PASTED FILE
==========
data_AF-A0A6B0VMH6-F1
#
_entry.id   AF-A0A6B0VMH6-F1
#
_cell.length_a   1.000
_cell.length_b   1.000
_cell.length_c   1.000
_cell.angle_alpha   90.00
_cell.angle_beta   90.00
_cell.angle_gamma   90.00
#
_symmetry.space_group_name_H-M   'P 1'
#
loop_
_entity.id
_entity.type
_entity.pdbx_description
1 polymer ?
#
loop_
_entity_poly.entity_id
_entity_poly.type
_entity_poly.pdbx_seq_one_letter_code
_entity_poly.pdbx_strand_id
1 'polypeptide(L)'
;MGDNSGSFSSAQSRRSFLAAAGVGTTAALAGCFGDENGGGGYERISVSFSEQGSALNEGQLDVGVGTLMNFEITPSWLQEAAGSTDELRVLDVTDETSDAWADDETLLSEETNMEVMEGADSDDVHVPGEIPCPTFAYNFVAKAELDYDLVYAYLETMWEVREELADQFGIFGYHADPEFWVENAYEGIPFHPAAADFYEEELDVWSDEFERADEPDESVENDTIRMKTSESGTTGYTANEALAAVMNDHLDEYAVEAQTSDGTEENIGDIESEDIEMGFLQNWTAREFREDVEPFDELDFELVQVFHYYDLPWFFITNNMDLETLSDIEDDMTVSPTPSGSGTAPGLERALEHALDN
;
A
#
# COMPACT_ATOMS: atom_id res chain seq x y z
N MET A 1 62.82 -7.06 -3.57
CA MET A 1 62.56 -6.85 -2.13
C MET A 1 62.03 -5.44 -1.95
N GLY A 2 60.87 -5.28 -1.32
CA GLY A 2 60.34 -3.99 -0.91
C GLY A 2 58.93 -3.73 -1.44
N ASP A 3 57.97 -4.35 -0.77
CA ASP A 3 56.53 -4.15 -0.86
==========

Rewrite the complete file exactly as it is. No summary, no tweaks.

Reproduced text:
data_AF-A0A6B0VMH6-F1
#
_entry.id   AF-A0A6B0VMH6-F1
#
_cell.length_a   1.000
_cell.length_b   1.000
_cell.length_c   1.000
_cell.angle_alpha   90.00
_cell.angle_beta   90.00
_cell.angle_gamma   90.00
#
_symmetry.space_group_name_H-M   'P 1'
#
loop_
_entity.id
_entity.type
_entity.pdbx_description
1 polymer ?
#
loop_
_entity_poly.entity_id
_entity_poly.type
_entity_poly.pdbx_seq_one_letter_code
_entity_poly.pdbx_strand_id
1 'polypeptide(L)'
;MGDNSGSFSSAQSRRSFLAAAGVGTTAALAGCFGDENGGGGYERISVSFSEQGSALNEGQLDVGVGTLMNFEITPSWLQEAAGSTDELRVLDVTDETSDAWADDETLLSEETNMEVMEGADSDDVHVPGEIPCPTFAYNFVAKAELDYDLVYAYLETMWEVREELADQFGIFGYHADPEFWVENAYEGIPFHPAAADFYEEELDVWSDEFERADEPDESVENDTIRMKTSESGTTGYTANEALAAVMNDHLDEYAVEAQTSDGTEENIGDIESEDIEMGFLQNWTAREFREDVEPFDELDFELVQVFHYYDLPWFFITNNMDLETLSDIEDDMTVSPTPSGSGTAPGLERALEHALDN
;
A
#
# COMPACT_ATOMS: atom_id res chain seq x y z
N MET A 1 62.82 -7.06 -3.57
CA MET A 1 62.56 -6.85 -2.13
C MET A 1 62.03 -5.44 -1.95
N GLY A 2 60.87 -5.28 -1.32
CA GLY A 2 60.34 -3.99 -0.91
C GLY A 2 58.93 -3.73 -1.44
N ASP A 3 57.97 -4.35 -0.77
CA ASP A 3 56.53 -4.15 -0.86